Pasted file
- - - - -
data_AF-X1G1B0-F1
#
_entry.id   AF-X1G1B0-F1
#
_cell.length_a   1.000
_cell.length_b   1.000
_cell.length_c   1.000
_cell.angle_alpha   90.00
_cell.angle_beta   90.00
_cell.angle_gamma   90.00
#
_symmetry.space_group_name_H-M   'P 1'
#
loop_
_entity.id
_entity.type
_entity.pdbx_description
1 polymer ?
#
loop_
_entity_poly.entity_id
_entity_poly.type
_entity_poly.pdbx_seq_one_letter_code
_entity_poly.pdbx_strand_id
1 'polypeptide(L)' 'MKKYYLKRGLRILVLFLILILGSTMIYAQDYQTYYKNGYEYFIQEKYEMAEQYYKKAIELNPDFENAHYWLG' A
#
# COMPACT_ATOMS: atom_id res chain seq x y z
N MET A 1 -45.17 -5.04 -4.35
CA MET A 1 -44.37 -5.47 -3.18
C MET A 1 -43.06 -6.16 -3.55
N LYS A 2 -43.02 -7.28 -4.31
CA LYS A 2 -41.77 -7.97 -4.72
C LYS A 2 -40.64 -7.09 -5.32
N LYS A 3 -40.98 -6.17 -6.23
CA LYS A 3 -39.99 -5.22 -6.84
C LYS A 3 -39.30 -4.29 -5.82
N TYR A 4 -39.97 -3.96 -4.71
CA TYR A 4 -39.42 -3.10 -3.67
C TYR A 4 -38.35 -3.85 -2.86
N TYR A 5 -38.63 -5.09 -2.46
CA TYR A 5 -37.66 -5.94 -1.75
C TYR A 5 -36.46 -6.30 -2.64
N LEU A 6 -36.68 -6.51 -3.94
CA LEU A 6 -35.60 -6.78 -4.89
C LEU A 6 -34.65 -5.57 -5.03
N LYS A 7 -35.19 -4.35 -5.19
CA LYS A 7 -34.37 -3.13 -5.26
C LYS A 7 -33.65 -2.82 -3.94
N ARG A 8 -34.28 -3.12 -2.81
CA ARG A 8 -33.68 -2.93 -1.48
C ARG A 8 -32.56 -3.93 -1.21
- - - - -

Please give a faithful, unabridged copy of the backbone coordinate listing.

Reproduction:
data_AF-X1G1B0-F1
#
_entry.id   AF-X1G1B0-F1
#
_cell.length_a   1.000
_cell.length_b   1.000
_cell.length_c   1.000
_cell.angle_alpha   90.00
_cell.angle_beta   90.00
_cell.angle_gamma   90.00
#
_symmetry.space_group_name_H-M   'P 1'
#
loop_
_entity.id
_entity.type
_entity.pdbx_description
1 polymer ?
#
loop_
_entity_poly.entity_id
_entity_poly.type
_entity_poly.pdbx_seq_one_letter_code
_entity_poly.pdbx_strand_id
1 'polypeptide(L)' 'MKKYYLKRGLRILVLFLILILGSTMIYAQDYQTYYKNGYEYFIQEKYEMAEQYYKKAIELNPDFENAHYWLG' A
#
# COMPACT_ATOMS: atom_id res chain seq x y z
N MET A 1 -45.17 -5.04 -4.35
CA MET A 1 -44.37 -5.47 -3.18
C MET A 1 -43.06 -6.16 -3.55
N LYS A 2 -43.02 -7.28 -4.31
CA LYS A 2 -41.77 -7.97 -4.72
C LYS A 2 -40.64 -7.09 -5.32
N LYS A 3 -40.98 -6.17 -6.23
CA LYS A 3 -39.99 -5.22 -6.84
C LYS A 3 -39.30 -4.29 -5.82
N TYR A 4 -39.97 -3.96 -4.71
CA TYR A 4 -39.42 -3.10 -3.67
C TYR A 4 -38.35 -3.85 -2.86
N TYR A 5 -38.63 -5.09 -2.46
CA TYR A 5 -37.66 -5.94 -1.75
C TYR A 5 -36.46 -6.30 -2.64
N LEU A 6 -36.68 -6.51 -3.94
CA LEU A 6 -35.60 -6.78 -4.89
C LEU A 6 -34.65 -5.57 -5.03
N LYS A 7 -35.19 -4.35 -5.19
CA LYS A 7 -34.37 -3.13 -5.26
C LYS A 7 -33.65 -2.82 -3.94
N ARG A 8 -34.28 -3.12 -2.81
CA ARG A 8 -33.68 -2.93 -1.48
C ARG A 8 -32.56 -3.93 -1.21